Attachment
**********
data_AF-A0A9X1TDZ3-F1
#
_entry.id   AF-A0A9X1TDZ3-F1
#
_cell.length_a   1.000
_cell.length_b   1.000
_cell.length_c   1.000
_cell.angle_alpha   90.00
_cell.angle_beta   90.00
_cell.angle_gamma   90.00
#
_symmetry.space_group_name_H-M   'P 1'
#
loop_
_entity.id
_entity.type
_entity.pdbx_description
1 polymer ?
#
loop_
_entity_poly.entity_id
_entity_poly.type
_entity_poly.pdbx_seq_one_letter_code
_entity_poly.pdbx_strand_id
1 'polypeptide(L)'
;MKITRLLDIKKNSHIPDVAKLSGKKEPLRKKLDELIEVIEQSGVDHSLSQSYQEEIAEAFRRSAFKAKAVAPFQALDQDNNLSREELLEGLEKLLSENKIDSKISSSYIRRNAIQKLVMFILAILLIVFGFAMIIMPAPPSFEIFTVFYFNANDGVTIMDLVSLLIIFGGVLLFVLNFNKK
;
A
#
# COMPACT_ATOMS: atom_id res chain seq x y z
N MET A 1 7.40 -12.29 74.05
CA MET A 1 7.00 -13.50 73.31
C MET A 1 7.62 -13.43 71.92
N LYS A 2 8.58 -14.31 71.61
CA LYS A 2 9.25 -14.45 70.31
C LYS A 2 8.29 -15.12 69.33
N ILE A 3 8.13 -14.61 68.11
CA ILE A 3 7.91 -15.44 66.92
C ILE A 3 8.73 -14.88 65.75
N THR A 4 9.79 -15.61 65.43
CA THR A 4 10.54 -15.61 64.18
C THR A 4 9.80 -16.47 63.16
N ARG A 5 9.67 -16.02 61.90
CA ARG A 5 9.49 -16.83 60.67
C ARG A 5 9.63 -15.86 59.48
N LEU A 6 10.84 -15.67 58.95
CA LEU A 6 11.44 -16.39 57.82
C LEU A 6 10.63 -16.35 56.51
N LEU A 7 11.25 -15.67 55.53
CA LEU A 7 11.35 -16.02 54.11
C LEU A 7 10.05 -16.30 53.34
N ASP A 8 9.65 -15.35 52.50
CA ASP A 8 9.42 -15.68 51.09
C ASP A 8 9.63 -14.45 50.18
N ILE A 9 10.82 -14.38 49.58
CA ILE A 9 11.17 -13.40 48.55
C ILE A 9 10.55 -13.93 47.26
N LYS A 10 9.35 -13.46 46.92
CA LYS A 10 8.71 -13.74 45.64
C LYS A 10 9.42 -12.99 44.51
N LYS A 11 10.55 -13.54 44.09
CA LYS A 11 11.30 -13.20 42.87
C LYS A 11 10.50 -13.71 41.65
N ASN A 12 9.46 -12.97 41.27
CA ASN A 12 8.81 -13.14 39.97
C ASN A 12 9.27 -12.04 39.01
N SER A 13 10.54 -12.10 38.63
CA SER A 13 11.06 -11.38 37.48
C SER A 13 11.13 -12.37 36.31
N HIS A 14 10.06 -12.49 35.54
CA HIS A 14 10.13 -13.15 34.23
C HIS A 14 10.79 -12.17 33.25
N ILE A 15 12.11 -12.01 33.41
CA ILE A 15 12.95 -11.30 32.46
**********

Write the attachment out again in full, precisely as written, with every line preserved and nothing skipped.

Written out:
data_AF-A0A9X1TDZ3-F1
#
_entry.id   AF-A0A9X1TDZ3-F1
#
_cell.length_a   1.000
_cell.length_b   1.000
_cell.length_c   1.000
_cell.angle_alpha   90.00
_cell.angle_beta   90.00
_cell.angle_gamma   90.00
#
_symmetry.space_group_name_H-M   'P 1'
#
loop_
_entity.id
_entity.type
_entity.pdbx_description
1 polymer ?
#
loop_
_entity_poly.entity_id
_entity_poly.type
_entity_poly.pdbx_seq_one_letter_code
_entity_poly.pdbx_strand_id
1 'polypeptide(L)'
;MKITRLLDIKKNSHIPDVAKLSGKKEPLRKKLDELIEVIEQSGVDHSLSQSYQEEIAEAFRRSAFKAKAVAPFQALDQDNNLSREELLEGLEKLLSENKIDSKISSSYIRRNAIQKLVMFILAILLIVFGFAMIIMPAPPSFEIFTVFYFNANDGVTIMDLVSLLIIFGGVLLFVLNFNKK
;
A
#
# COMPACT_ATOMS: atom_id res chain seq x y z
N MET A 1 7.40 -12.29 74.05
CA MET A 1 7.00 -13.50 73.31
C MET A 1 7.62 -13.43 71.92
N LYS A 2 8.58 -14.31 71.61
CA LYS A 2 9.25 -14.45 70.31
C LYS A 2 8.29 -15.12 69.33
N ILE A 3 8.13 -14.61 68.11
CA ILE A 3 7.91 -15.44 66.92
C ILE A 3 8.73 -14.88 65.75
N THR A 4 9.79 -15.61 65.43
CA THR A 4 10.54 -15.61 64.18
C THR A 4 9.80 -16.47 63.16
N ARG A 5 9.67 -16.02 61.90
CA ARG A 5 9.49 -16.83 60.67
C ARG A 5 9.63 -15.86 59.48
N LEU A 6 10.84 -15.67 58.95
CA LEU A 6 11.44 -16.39 57.82
C LEU A 6 10.63 -16.35 56.51
N LEU A 7 11.25 -15.67 55.53
CA LEU A 7 11.35 -16.02 54.11
C LEU A 7 10.05 -16.30 53.34
N ASP A 8 9.65 -15.35 52.50
CA ASP A 8 9.42 -15.68 51.09
C ASP A 8 9.63 -14.45 50.18
N ILE A 9 10.82 -14.38 49.58
CA ILE A 9 11.17 -13.40 48.55
C ILE A 9 10.55 -13.93 47.26
N LYS A 10 9.35 -13.46 46.92
CA LYS A 10 8.71 -13.74 45.64
C LYS A 10 9.42 -12.99 44.51
N LYS A 11 10.55 -13.54 44.09
CA LYS A 11 11.30 -13.20 42.87
C LYS A 11 10.50 -13.71 41.65
N ASN A 12 9.46 -12.97 41.27
CA ASN A 12 8.81 -13.14 39.97
C ASN A 12 9.27 -12.04 39.01
N SER A 13 10.54 -12.10 38.63
CA SER A 13 11.06 -11.38 37.48
C SER A 13 11.13 -12.37 36.31
N HIS A 14 10.06 -12.49 35.54
CA HIS A 14 10.13 -13.15 34.23
C HIS A 14 10.79 -12.17 33.25
N ILE A 15 12.11 -12.01 33.41
CA ILE A 15 12.95 -11.30 32.46